“We just kind of have to pay those bills as they come along,” Inman said. “Haywood County has not budgeted any (funds) at all, not one penny.”
Instead, the money is a mixture of any leftover elections funding and county contingency funds.
The Macon County’s Board of Elections estimated its cost to be between $20,000 and $25,000.
Cost depends on a number of variables: How many runoff elections there are? How many machines and employees will be required to man the polls? How many early voting sites must it operate? Are there runoffs for both Democratic and Republican races, which would up the number of ballots needed?
“You are basically turning around and doing another election,” said Joan Weeks, director of the Swain County Board of Elections.
The Swain County board will have to return once again with its hands out to the Board of Commissioners to help pay for any runoffs. The election board approached the commissioners earlier this year asking for money to pay for an early voting site in Cherokee. Now, it will go back for more funding. The total cost of an election in Swain County is between $6,000 and $12,000.
Primaries typically report low turnouts anyway — ranging from 12 to 30 percent during the past decade.
For runoffs, or secondary primaries, voter turnout numbers are far lower. Runoff turnouts are anywhere from 2 percent to 12 percent of registered voters, Lovedahl estimated.
It is nearly impossible to replicate the emotion that first drove voters to the polls for the primary or that will drive them to the polls come November.
“You can’t change the emotion that they had the first time,” Inman said.
“The cost leaves some wondering if the restrictions are too tight. I wonder if there is not perhaps a better way.” said Ralph Slaughter, chair of the Jackson County Republican Party.
Meadows and Rogers emerge from crowded field of Washington hopefuls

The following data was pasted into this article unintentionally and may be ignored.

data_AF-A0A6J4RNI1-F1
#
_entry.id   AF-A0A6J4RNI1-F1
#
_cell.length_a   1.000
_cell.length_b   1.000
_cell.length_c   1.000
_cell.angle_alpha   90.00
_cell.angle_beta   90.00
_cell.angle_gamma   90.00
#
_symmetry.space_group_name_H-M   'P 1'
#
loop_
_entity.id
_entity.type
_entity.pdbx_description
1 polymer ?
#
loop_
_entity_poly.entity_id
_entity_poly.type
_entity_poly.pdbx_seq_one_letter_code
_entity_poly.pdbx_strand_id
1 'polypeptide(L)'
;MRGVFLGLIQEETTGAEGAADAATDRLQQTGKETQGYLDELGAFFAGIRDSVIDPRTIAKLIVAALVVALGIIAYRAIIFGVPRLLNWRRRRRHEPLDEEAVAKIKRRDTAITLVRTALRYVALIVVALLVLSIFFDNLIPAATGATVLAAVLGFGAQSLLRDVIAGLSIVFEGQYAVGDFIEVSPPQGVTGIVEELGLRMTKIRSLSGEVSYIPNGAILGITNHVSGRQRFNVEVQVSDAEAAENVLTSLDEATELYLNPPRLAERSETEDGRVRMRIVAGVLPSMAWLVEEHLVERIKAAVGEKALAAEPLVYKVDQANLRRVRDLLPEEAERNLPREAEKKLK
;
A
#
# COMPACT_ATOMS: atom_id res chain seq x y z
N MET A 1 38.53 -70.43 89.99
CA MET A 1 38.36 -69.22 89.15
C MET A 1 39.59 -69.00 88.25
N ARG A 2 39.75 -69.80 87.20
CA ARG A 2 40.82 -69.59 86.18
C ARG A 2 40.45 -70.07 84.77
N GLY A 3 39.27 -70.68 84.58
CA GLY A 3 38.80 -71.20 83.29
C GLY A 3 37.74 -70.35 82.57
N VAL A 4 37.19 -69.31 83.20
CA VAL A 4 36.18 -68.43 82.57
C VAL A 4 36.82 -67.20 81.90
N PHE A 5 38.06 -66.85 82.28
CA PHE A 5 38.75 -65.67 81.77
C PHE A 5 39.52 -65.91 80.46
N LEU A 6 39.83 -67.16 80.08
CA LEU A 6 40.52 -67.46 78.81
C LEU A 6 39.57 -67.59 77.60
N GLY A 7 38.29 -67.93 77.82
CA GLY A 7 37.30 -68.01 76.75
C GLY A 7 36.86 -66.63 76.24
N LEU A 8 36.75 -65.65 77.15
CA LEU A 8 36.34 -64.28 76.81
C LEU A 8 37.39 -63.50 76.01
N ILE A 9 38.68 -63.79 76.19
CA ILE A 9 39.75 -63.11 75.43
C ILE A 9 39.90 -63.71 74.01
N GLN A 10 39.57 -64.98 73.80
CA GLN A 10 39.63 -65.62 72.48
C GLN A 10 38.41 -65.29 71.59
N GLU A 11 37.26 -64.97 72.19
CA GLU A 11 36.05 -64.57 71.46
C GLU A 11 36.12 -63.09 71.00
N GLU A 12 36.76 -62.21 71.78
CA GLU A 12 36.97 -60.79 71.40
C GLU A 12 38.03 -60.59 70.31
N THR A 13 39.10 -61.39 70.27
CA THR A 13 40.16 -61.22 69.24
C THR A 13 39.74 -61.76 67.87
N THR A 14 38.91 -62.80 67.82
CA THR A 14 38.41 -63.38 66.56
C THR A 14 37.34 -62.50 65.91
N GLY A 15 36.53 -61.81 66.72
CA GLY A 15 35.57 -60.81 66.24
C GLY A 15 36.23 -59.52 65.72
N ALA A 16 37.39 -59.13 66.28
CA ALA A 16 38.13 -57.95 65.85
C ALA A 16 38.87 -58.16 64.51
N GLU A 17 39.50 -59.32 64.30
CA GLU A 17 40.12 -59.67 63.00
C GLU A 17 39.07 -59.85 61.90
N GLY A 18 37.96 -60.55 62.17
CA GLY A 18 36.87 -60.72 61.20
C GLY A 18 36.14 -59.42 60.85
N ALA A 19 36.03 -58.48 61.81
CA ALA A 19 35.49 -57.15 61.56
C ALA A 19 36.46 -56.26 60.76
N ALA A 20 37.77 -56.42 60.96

Mark Meadows and Hayden Rogers came out on top last night in a Congressional election that at the beginning of the day boasted a full slate of 11 candidates.
The field of eight Republicans and three Democrats vying to represent the mountains in the halls of Washington was narrowed down. Rogers won 56 percent of the Democratic vote. Although Meadows emerged as the top vote getter on the Republican ticket, he received less than 40 percent of the votes — the minimum percentage required to officially win a race. Now, a special election must be held between Meadows and the second-highest vote getter on the Republican ticket, Vance Patterson, on June 26.
The Congressional race became a wide open contest after Congressman Heath Shuler, D-Waynesville, announced he would not seek re-election after six years in office. Shuler was a conservative Democrat and had the ability to cater to both side of the political spectrum among mountain voters.
A wide field of Republicans were already lining up to take on Shuler, but after Shuler announced his retirement, the floodgates opened even wider for anyone with the dream of holding a congressional seat.
Republican voters particularly had a difficult time with a daunting eight candidates to choose from. The choice will be considerably easier when two distinct candidates emerge for the November election.
On the Democratic side, Shuler’s own chief of staff Hayden Rogers put his hat in the ring after Shuler’s retirement and has emerged as the victor in the Democratic primary.
Rogers said he is thrilled that he has moved one step closer to the possibility of representing the community that he grew up in.